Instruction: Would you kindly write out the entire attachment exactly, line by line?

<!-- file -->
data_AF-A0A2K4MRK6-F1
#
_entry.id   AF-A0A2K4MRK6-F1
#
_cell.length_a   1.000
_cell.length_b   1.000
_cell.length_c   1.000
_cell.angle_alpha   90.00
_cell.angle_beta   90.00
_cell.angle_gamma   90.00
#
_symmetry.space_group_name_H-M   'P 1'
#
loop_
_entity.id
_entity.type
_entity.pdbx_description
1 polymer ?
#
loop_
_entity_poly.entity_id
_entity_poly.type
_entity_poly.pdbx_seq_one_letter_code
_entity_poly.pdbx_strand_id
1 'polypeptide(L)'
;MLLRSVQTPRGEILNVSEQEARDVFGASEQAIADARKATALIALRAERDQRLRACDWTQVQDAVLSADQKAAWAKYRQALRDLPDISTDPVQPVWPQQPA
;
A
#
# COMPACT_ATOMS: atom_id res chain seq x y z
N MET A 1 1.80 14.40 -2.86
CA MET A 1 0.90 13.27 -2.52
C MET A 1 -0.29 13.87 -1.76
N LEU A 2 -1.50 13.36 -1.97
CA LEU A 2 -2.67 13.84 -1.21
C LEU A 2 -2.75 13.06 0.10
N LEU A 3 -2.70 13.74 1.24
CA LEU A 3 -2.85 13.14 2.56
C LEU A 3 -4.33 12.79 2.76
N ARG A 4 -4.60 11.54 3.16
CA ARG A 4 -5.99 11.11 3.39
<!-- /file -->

data_AF-A0A2K4MRK6-F1
#
_entry.id   AF-A0A2K4MRK6-F1
#
_cell.length_a   1.000
_cell.length_b   1.000
_cell.length_c   1.000
_cell.angle_alpha   90.00
_cell.angle_beta   90.00
_cell.angle_gamma   90.00
#
_symmetry.space_group_name_H-M   'P 1'
#
loop_
_entity.id
_entity.type
_entity.pdbx_description
1 polymer ?
#
loop_
_entity_poly.entity_id
_entity_poly.type
_entity_poly.pdbx_seq_one_letter_code
_entity_poly.pdbx_strand_id
1 'polypeptide(L)'
;MLLRSVQTPRGEILNVSEQEARDVFGASEQAIADARKATALIALRAERDQRLRACDWTQVQDAVLSADQKAAWAKYRQALRDLPDISTDPVQPVWPQQPA
;
A
#
# COMPACT_ATOMS: atom_id res chain seq x y z
N MET A 1 1.80 14.40 -2.86
CA MET A 1 0.90 13.27 -2.52
C MET A 1 -0.29 13.87 -1.76
N LEU A 2 -1.50 13.36 -1.97
CA LEU A 2 -2.67 13.84 -1.21
C LEU A 2 -2.75 13.06 0.10
N LEU A 3 -2.70 13.74 1.24
CA LEU A 3 -2.85 13.14 2.56
C LEU A 3 -4.33 12.79 2.76
N ARG A 4 -4.60 11.54 3.16
CA ARG A 4 -5.99 11.11 3.39